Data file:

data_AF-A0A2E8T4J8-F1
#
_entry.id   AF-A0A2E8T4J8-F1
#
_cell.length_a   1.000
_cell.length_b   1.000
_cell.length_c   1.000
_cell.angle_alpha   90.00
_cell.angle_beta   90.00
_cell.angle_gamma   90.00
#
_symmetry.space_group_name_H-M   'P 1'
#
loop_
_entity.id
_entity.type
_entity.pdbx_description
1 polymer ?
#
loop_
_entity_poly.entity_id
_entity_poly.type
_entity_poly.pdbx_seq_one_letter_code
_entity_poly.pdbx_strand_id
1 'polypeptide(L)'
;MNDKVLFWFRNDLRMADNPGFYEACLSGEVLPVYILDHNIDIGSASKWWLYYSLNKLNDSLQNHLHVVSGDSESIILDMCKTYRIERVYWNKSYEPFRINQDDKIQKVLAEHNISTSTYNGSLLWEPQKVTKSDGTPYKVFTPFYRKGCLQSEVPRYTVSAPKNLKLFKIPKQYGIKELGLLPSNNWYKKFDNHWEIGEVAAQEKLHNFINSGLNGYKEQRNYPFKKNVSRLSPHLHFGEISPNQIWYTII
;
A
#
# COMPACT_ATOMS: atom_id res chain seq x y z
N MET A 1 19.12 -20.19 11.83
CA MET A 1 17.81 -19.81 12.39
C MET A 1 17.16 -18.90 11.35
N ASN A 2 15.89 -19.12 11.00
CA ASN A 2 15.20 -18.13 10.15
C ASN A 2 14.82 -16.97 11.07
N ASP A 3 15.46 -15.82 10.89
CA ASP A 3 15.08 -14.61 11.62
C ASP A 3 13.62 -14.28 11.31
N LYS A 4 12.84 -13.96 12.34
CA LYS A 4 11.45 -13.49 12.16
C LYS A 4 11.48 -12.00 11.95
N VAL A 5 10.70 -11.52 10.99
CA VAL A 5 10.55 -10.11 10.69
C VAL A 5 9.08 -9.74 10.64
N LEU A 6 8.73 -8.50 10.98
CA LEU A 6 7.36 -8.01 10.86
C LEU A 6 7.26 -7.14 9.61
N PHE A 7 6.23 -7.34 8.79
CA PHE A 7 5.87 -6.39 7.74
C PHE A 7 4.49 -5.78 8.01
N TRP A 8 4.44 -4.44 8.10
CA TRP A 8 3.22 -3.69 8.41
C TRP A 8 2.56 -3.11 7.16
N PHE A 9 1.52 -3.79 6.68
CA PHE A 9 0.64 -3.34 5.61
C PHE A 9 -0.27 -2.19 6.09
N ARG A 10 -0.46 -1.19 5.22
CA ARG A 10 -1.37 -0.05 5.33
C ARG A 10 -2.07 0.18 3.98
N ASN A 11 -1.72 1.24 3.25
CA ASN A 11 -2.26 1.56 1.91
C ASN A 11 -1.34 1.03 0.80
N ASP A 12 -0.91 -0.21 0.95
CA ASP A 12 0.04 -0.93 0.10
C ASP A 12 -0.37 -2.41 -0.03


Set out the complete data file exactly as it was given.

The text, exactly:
data_AF-A0A2E8T4J8-F1
#
_entry.id   AF-A0A2E8T4J8-F1
#
_cell.length_a   1.000
_cell.length_b   1.000
_cell.length_c   1.000
_cell.angle_alpha   90.00
_cell.angle_beta   90.00
_cell.angle_gamma   90.00
#
_symmetry.space_group_name_H-M   'P 1'
#
loop_
_entity.id
_entity.type
_entity.pdbx_description
1 polymer ?
#
loop_
_entity_poly.entity_id
_entity_poly.type
_entity_poly.pdbx_seq_one_letter_code
_entity_poly.pdbx_strand_id
1 'polypeptide(L)'
;MNDKVLFWFRNDLRMADNPGFYEACLSGEVLPVYILDHNIDIGSASKWWLYYSLNKLNDSLQNHLHVVSGDSESIILDMCKTYRIERVYWNKSYEPFRINQDDKIQKVLAEHNISTSTYNGSLLWEPQKVTKSDGTPYKVFTPFYRKGCLQSEVPRYTVSAPKNLKLFKIPKQYGIKELGLLPSNNWYKKFDNHWEIGEVAAQEKLHNFINSGLNGYKEQRNYPFKKNVSRLSPHLHFGEISPNQIWYTII
;
A
#
# COMPACT_ATOMS: atom_id res chain seq x y z
N MET A 1 19.12 -20.19 11.83
CA MET A 1 17.81 -19.81 12.39
C MET A 1 17.16 -18.90 11.35
N ASN A 2 15.89 -19.12 11.00
CA ASN A 2 15.20 -18.13 10.15
C ASN A 2 14.82 -16.97 11.07
N ASP A 3 15.46 -15.82 10.89
CA ASP A 3 15.08 -14.61 11.62
C ASP A 3 13.62 -14.28 11.31
N LYS A 4 12.84 -13.96 12.34
CA LYS A 4 11.45 -13.49 12.16
C LYS A 4 11.48 -12.00 11.95
N VAL A 5 10.70 -11.52 10.99
CA VAL A 5 10.55 -10.11 10.69
C VAL A 5 9.08 -9.74 10.64
N LEU A 6 8.73 -8.50 10.98
CA LEU A 6 7.36 -8.01 10.86
C LEU A 6 7.26 -7.14 9.61
N PHE A 7 6.23 -7.34 8.79
CA PHE A 7 5.87 -6.39 7.74
C PHE A 7 4.49 -5.78 8.01
N TRP A 8 4.44 -4.44 8.10
CA TRP A 8 3.22 -3.69 8.41
C TRP A 8 2.56 -3.11 7.16
N PHE A 9 1.52 -3.79 6.68
CA PHE A 9 0.64 -3.34 5.61
C PHE A 9 -0.27 -2.19 6.09
N ARG A 10 -0.46 -1.19 5.22
CA ARG A 10 -1.37 -0.05 5.33
C ARG A 10 -2.07 0.18 3.98
N ASN A 11 -1.72 1.24 3.25
CA ASN A 11 -2.26 1.56 1.91
C ASN A 11 -1.34 1.03 0.80
N ASP A 12 -0.91 -0.21 0.95
CA ASP A 12 0.04 -0.93 0.10
C ASP A 12 -0.37 -2.41 -0.03